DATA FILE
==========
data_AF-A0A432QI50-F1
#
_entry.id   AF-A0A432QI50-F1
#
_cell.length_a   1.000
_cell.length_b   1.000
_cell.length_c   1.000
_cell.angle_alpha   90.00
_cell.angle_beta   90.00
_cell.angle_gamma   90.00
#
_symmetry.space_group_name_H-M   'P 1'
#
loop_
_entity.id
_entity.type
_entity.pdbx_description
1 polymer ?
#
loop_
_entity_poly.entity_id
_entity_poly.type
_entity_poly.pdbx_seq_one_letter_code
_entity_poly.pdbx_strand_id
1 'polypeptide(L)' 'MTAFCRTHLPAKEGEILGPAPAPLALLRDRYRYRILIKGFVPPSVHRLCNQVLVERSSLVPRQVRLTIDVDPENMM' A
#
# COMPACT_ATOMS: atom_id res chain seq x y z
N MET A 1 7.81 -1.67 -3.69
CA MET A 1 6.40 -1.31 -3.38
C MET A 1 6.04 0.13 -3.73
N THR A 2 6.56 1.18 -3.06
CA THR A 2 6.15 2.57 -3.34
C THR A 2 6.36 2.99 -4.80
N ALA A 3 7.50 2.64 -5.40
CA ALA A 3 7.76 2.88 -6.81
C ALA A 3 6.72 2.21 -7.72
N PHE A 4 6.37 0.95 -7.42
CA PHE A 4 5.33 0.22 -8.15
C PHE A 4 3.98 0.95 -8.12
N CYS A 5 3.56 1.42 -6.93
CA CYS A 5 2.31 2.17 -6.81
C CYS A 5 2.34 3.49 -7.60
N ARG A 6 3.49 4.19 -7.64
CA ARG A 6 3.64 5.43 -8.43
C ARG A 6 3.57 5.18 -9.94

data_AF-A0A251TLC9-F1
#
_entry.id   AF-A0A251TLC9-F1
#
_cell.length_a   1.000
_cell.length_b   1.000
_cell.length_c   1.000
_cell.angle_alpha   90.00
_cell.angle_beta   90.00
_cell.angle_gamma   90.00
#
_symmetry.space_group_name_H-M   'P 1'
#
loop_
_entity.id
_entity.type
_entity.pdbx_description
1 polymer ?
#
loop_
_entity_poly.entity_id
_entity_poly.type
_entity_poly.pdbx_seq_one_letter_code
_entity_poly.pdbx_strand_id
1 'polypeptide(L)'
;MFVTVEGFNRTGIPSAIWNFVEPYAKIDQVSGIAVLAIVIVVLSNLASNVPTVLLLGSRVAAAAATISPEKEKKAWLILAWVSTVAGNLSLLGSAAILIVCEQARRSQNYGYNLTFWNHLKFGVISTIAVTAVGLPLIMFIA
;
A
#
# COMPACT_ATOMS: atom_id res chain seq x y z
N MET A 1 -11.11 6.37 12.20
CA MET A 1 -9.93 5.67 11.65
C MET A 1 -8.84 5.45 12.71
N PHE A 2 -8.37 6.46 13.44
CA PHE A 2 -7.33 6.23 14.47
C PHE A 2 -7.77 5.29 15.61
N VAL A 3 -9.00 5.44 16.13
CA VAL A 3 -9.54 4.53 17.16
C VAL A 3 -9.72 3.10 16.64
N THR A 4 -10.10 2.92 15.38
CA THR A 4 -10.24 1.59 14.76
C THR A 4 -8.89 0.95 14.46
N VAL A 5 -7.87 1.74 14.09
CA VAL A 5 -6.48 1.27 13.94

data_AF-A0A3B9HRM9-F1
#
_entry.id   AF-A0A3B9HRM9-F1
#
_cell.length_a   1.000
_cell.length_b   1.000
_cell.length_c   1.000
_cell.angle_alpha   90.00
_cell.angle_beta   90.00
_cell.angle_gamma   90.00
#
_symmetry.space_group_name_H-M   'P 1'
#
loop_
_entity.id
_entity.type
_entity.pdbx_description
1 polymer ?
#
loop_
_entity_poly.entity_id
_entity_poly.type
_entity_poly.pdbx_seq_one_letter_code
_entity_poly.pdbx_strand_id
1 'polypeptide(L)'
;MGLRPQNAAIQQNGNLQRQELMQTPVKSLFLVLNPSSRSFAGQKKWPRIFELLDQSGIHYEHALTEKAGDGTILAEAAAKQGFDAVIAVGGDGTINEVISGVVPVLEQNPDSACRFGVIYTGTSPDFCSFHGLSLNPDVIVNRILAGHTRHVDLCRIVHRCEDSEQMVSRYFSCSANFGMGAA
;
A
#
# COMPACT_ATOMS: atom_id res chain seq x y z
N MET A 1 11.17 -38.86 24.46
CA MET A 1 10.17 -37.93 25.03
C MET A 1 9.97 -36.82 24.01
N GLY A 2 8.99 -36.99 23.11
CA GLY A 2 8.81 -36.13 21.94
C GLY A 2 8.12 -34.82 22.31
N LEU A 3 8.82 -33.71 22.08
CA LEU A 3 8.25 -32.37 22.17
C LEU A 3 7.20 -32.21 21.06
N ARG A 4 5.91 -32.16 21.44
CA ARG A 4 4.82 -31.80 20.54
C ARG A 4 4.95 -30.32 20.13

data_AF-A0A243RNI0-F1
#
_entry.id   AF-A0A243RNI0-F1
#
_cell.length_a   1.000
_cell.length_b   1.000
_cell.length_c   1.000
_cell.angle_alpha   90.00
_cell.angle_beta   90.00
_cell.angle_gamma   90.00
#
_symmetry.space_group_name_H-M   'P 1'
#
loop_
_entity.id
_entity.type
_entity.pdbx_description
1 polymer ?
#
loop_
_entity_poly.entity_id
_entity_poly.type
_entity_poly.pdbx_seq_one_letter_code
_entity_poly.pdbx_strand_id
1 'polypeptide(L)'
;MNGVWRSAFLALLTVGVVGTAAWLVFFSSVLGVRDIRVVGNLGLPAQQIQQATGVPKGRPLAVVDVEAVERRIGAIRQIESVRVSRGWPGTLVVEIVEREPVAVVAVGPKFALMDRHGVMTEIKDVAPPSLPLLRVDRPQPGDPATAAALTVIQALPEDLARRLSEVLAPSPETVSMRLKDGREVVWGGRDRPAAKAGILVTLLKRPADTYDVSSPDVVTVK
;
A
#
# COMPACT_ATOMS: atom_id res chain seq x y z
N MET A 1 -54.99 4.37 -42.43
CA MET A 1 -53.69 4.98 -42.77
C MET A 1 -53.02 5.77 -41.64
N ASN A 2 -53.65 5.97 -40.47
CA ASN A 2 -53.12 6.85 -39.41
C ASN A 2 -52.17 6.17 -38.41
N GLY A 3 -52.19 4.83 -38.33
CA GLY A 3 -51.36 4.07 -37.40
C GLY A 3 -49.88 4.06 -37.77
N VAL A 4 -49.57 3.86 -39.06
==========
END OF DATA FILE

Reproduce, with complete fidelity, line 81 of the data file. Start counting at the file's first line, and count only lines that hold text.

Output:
C PHE A 2 -7.77 5.29 15.61